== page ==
# Interpreting probability from the inverse logit function

I'm doing a study using generalized linear models to investigate effect size and direction of species whose presence/absence were found to be affected by the presence of drought (tested by a Fisher's Exact Test). To do the results easy to interpret, I did the following:

1) I produced a binomal GLM.

2) For presence and absence of a particular species, I converted the non-standardized logistic regression coefficients given by the GLM for the intercept-only model (the null model) and the intercept + drought presence and absence model (the alternative model) to the log-odds probability (using the logit function, where β0 represents the intercept and β1x1 represents drought presence/absence). I did this for drought and for non-drought separately.

3) I converted log-odds probability to probability of detection for drought and non-drought (using the inverse of the logit function), and compared these probabilities of detection within each species during drought and non-drought.

The equations used are as follows:

for (2) logit (α) = β0 + β1x1

for (3) logit^-1 (α) = e^α / (1 + e^α)

The issue is that a couple species do not at all represent reality, even if the patterns are correct. For example, a bird that is detected 60% of the time during drought and 25% of the time during non-drought (from the raw data), after running the GLM, and converting to probability, the model said there's a 58% chance of detecting the bird (instead of somewhere near 25%) during non-drought and a 96% chance of detecting the bird (instead of 60%) during drought. The true probability can't be anywhere near 96%, right? This bird is not that common. Should I not be interpreting these values as true probabilities? How should I be interpreting this 96%? Did I do something wrong? Thank you for any and all help!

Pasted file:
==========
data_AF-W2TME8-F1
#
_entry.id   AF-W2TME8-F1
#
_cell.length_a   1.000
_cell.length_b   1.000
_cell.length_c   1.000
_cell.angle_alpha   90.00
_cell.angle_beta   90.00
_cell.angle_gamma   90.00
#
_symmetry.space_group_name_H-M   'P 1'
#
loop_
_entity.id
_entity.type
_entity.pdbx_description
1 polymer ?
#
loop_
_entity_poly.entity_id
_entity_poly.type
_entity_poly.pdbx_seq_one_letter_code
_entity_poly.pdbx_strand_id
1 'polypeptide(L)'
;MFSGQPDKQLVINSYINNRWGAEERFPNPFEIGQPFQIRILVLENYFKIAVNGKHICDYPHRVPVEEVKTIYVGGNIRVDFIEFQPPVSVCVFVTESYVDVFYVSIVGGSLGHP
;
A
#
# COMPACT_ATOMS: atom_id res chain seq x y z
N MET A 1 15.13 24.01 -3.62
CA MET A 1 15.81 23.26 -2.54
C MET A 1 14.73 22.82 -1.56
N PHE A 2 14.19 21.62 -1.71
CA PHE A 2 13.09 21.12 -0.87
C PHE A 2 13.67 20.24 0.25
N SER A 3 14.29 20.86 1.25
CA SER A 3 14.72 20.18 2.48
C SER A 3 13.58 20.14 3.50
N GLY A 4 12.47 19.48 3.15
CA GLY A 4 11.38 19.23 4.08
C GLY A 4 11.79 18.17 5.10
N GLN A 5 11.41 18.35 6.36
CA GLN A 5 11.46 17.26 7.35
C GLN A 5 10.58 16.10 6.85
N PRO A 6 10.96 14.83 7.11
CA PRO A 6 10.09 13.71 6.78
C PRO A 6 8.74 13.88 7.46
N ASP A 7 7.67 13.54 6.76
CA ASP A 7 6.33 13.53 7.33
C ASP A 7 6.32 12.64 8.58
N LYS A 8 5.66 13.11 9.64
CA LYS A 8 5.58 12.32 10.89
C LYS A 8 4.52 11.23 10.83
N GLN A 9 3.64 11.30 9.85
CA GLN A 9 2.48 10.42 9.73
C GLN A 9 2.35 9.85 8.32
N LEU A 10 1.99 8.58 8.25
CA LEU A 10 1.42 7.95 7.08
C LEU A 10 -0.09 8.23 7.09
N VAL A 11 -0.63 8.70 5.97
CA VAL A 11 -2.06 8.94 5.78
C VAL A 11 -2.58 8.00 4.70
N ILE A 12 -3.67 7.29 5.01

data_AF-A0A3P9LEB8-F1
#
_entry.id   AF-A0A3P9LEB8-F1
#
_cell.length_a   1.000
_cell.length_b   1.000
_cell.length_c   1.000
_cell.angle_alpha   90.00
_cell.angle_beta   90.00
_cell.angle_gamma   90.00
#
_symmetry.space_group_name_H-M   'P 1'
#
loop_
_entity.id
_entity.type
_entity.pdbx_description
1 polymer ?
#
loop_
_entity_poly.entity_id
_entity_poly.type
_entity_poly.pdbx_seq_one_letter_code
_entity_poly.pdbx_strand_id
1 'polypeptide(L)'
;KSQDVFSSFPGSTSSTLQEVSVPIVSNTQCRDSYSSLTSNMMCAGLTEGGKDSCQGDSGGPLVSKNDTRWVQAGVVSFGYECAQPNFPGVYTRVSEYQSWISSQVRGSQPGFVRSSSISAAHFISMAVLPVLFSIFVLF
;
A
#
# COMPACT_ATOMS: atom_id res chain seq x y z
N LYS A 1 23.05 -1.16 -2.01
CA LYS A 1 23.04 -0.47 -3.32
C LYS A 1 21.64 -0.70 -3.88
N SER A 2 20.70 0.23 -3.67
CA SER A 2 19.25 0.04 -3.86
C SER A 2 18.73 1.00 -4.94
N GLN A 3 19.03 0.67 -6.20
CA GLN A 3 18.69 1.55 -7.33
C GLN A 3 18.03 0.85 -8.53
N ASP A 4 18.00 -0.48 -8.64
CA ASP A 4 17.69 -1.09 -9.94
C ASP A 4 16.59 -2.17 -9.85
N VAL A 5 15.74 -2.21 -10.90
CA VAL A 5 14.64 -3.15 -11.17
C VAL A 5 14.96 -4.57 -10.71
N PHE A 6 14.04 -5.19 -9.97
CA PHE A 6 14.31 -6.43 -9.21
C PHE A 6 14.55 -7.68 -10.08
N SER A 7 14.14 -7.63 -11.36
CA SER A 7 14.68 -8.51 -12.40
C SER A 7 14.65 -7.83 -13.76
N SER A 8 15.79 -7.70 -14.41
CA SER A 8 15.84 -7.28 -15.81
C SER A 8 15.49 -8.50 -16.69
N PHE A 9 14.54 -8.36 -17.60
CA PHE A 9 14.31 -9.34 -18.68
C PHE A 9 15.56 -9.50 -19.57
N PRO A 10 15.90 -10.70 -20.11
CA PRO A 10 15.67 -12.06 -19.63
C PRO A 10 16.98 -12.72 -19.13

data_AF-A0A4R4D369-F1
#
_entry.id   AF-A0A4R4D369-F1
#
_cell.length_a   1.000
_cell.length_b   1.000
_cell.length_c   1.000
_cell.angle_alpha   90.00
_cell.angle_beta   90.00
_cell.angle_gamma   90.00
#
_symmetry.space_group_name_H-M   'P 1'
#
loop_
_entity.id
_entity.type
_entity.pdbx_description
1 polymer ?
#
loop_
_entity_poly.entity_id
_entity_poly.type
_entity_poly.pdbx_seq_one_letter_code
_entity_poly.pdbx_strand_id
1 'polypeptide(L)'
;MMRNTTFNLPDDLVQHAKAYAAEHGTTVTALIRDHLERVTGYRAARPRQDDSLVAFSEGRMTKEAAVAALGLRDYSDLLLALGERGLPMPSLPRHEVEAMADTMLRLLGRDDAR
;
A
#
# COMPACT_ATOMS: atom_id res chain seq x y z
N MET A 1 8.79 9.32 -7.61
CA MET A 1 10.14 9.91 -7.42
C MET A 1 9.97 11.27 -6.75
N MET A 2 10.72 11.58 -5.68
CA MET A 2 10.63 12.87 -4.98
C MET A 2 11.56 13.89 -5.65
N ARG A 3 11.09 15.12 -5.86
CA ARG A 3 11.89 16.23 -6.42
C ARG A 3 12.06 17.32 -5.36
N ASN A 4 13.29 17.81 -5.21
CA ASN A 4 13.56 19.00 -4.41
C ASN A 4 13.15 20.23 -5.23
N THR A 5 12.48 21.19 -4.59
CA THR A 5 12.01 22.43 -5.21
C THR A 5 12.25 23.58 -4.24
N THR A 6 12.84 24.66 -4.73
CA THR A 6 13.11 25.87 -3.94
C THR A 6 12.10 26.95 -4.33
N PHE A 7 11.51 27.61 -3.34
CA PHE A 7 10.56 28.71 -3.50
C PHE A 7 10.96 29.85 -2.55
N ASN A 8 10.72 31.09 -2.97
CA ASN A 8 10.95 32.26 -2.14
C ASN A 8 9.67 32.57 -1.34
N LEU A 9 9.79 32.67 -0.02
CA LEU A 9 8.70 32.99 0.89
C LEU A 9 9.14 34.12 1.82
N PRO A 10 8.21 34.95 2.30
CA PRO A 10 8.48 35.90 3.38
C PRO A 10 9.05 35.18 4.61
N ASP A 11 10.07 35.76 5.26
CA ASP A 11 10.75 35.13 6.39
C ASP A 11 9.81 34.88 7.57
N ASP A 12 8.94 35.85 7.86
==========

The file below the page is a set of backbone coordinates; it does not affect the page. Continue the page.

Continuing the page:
• This might help. Could you write down the full model you ran with all of the variables? Right now it's a little ambiguous what models you ran (e.g., why did you run an intercept-only model?).
– Noah
Mar 29, 2020 at 7:23
• Here's an example with data. I think it is consistent with the link you provided. Here's a bird we will call species 29. I did all of this using the glm(binomial) in R. Logistic regression coefficients: Intercept (null model=no drought): 0.3393 Y1 (model with drought): 2.9188 Logit function: Drought absent: 0.3393 Drought present: 0.3393 + 2.9188(1) = 3.26 Inverse of logit function (probability of detection): Drought absent: (e^0.3393) / (1 + e^0.3393) = 0.584 Drought present: (e^3.26) / (1 + e^3.26) = 0.963 Any help you can provide is much appreciated! Mar 30, 2020 at 17:20

You don't need to fit a full model. You only need to fit a single logistic regression model to get the predicted probabilities of detection under each drought scenario.

fit <- glm(detected ~ drought, data = data, family = binomial)
#Probability of detection under no drought
plogis(coef(fit))
#Probability of detection under drought
plogis(sum(coef(fit)))


These should match the empirical probabilities exactly (i.e., plogis(coef(fit)) == with(data, mean(detected[drought == 0])))

The null model is not helpful here. The intercept in the null model gives you the marginal log odds of detection (i.e., which can be transformed into the probability of detection for the whole sample ignoring whether there was a drought).

• Thank you! Is there somewhere I can read up on to get more familiar with the information you provided? Mar 30, 2020 at 17:24
• There are many good introductions to logistic regression. I learned just by taking classes in graduate school but the book by Hosmer and Lemeshow is a nice introduction.
– Noah
Mar 30, 2020 at 17:28
• Thanks. What should I enter as far as the code for these commands? Specifically, #Probability of detection under no drought plogis(coef(fit)) #Probability of detection under drought plogis(sum(coef(fit))) These should match the empirical probabilities exactly (i.e., plogis(coef(fit)) == with(data, mean(detected[drought == 0]))) My variables are "VER_S" for drought present (1) or absent (0) and "Present" for presence (1) or absence (0). Mar 30, 2020 at 17:37
• fit <- glm(Present ~ VER_S, data = DATA, family = binomial) but replace DATA with the name of your data set.
– Noah
Mar 30, 2020 at 22:08